Eduard has come out with a quite a few aftermarket resin and photo etch parts for the kit including highly detailed resin props, radiators, machine guns, wheels, seatbelts, and “stretchers” - small photo etch parts designed to help rig the kit. After going over all of the options I decided that the kit’s radiator, prop, and guns looked good enough but that the wheels were worth upgrading with the resin alternative.
I wanted to finish my model as Mick Mannock’s famous D 278, so I procured the Pheon Decals sheet from ebay. That decal set is very extensive giving you markings for some seventeen different aircraft, including many of the prominent aces.
Construction: As usual it all starts in the cockpit, and for this kit Eduard created a cockpit “module” that fits between the two fuselage halves. Made up of side wall frames to which you attach the seat, control stick, and other items, the module framework was made of wood, so I first base coated it and any other “wooden” parts with Tamiya XF-57 Buff. On top of that I lightly dragged some Burnt Sienna oil paint to replicate wood grain. Next I picked out a few more details by hand and then started assembling the module. When you attach the nicely printed photo etch lap belts to the seat be sure not to wrap them around the bottom of the seat or they will keep the seat from sitting properly on its rails. And if the seat doesn’t sit properly on its rails, it will stick up too high. And if the seat sticks up too high, it will interfere with the upper cockpit coaming piece that gets glued onto the fuselage later. And if that coaming piece doesn’t sit right - I don’t have to tell you about the annoying seam that will result. Ask me how I know…
Once you’ve finished the cockpit module it gets attached to the lower wing, followed by some more cockpit details, one of which is the instrument panel. The panel can be detailed a few different ways: a) paint it and the instruments, b) paint it and add individual photo etch instruments, c) paint it and add individual instrument decals, and d) scrape off the molded-on instruments and apply the photo etch instrument panel and instruments. Unfortunately the wood grain effect printed on the photo etch panel isn’t very convincing, so I opted for option “b”. I then attached the completed panel to the cockpit module, along with a few more details. Next the fuselage halves come together, closing up the cockpit. The fit of the halves was very good, but it’s smart to do some test fitting here to make sure everything cooperates.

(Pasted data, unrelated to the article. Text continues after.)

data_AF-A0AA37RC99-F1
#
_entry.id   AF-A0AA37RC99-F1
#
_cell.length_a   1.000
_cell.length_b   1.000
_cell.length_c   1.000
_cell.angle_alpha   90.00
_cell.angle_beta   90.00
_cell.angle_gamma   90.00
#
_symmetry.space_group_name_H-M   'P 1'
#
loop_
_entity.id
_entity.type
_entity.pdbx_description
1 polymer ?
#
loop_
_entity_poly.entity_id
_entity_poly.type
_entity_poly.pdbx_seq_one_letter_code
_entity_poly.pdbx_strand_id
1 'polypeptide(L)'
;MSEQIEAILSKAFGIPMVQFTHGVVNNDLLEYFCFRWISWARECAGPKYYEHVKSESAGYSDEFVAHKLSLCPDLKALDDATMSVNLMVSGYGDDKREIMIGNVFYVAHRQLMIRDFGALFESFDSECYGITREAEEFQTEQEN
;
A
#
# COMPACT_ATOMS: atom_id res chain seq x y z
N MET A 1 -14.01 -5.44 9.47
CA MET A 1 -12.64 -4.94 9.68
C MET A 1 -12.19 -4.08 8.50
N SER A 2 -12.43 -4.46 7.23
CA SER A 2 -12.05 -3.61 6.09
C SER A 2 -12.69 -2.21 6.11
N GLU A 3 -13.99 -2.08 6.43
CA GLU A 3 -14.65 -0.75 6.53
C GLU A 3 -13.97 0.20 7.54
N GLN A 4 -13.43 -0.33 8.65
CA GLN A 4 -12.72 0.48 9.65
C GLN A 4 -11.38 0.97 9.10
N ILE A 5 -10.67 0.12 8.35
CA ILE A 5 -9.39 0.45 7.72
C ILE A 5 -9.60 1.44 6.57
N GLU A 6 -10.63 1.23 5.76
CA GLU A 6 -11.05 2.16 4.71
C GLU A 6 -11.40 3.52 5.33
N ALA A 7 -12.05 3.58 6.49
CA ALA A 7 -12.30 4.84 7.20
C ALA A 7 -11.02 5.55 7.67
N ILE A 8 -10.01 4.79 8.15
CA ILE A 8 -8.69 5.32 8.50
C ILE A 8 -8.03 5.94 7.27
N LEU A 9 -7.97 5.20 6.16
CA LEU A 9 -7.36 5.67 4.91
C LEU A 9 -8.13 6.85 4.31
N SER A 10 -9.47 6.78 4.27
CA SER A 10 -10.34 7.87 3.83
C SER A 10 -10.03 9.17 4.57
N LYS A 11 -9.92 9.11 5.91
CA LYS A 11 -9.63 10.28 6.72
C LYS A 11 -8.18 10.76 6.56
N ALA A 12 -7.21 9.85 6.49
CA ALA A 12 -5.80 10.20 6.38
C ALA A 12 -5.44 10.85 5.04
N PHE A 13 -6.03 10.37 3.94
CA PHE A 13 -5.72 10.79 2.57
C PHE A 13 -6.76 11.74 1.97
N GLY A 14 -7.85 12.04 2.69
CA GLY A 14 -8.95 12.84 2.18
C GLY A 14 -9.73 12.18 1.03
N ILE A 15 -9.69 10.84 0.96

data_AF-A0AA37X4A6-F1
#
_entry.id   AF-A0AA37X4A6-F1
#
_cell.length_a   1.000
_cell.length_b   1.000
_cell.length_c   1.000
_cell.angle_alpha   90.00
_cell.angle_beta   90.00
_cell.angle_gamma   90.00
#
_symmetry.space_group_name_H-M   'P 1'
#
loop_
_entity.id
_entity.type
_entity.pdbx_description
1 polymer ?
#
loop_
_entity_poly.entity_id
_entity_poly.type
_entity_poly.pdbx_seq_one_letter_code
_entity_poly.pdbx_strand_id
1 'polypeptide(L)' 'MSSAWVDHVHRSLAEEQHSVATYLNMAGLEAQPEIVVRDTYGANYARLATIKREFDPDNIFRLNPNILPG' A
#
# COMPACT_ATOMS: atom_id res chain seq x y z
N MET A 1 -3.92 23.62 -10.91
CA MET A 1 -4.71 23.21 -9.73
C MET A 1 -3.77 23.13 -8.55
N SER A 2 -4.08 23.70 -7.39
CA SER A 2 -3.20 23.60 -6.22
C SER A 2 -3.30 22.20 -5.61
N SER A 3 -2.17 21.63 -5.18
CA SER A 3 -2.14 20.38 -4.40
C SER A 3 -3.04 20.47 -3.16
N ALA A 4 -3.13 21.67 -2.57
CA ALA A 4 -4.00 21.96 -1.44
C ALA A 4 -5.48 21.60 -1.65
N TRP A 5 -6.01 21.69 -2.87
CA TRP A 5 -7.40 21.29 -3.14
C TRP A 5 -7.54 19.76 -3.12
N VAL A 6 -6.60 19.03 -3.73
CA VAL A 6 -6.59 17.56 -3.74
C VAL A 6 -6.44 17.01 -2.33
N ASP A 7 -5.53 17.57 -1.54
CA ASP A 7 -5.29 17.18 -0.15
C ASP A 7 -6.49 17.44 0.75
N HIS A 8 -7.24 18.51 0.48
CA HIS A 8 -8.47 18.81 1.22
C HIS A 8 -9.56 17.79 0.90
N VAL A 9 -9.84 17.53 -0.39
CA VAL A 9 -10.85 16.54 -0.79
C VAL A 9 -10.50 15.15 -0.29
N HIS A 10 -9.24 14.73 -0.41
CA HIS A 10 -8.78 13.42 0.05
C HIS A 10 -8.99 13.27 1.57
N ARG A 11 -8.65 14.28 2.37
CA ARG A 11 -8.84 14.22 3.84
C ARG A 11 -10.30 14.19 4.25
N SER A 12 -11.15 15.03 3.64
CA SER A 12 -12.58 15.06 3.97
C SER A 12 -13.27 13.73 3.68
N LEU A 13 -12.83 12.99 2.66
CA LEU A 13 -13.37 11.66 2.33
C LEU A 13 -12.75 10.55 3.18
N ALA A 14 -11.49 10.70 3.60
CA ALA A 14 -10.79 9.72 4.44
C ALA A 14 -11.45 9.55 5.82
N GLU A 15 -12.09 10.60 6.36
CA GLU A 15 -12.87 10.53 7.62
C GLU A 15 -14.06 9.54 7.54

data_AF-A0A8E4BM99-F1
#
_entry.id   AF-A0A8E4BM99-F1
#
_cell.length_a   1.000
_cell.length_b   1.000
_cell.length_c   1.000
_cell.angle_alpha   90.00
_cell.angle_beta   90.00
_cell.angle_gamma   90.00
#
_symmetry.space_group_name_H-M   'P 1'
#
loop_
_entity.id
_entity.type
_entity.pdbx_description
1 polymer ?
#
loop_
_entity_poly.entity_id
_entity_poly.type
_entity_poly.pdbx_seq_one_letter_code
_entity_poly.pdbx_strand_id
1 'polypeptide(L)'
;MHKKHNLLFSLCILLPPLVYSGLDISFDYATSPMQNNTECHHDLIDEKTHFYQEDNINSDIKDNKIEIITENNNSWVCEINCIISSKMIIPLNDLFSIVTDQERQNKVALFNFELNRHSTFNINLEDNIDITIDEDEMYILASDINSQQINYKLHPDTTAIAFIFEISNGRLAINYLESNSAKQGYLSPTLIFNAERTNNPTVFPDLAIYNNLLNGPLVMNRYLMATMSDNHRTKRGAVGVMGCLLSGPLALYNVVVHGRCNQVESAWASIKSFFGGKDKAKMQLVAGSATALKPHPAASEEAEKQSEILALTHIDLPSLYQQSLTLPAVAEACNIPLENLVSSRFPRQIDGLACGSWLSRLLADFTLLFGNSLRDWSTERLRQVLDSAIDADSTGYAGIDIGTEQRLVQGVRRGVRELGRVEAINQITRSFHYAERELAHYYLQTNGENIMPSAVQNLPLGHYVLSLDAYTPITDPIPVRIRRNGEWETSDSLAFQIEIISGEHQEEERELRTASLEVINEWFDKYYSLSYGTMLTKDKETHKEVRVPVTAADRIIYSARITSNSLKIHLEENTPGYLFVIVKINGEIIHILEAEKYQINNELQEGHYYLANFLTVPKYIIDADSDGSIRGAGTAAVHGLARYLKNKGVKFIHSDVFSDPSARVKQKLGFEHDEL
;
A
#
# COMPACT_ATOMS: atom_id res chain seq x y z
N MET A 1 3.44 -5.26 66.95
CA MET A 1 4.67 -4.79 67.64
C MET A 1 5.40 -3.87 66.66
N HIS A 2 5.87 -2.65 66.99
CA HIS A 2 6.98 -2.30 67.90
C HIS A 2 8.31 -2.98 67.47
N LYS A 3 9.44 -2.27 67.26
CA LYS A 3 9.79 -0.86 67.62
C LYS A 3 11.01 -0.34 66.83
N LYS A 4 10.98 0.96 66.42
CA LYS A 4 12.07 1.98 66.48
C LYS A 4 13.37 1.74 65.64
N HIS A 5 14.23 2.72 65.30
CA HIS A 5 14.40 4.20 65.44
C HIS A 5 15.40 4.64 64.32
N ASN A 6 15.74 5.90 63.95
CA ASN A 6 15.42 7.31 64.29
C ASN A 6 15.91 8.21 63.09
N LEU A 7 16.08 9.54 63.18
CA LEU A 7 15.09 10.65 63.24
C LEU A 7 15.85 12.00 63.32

Following the instructions, the engine is assembled next. I painted it Vallejo Black Gray and dry brushed it Testors Steel, followed by picking out details in Testors Aluminum and Brass. Very nicely detailed, but a lot of it will unfortunately be hidden when the nose panels are attached.
The aforementioned coaming piece is painted and detailed next before adding the horizontal stabilizer and the two lower wing flaps. It’s nice when kit makers give you separate control surfaces; I posed these with one side slightly up and the other slightly down (remember to match those angles when you build the upper wing!) One thing I didn’t realize about the S.E.5a is that it had small inspection windows in the wings covering the control cable pulleys. Eduard supplies transparent windows, photo etch frames and masks to cover those pockets after you paint the tiny details inside. The engine is also added in this step, sitting firmly on wooden rails in the nose with the two cylinder banks jutting un-aerodynamically outside of the fuselage.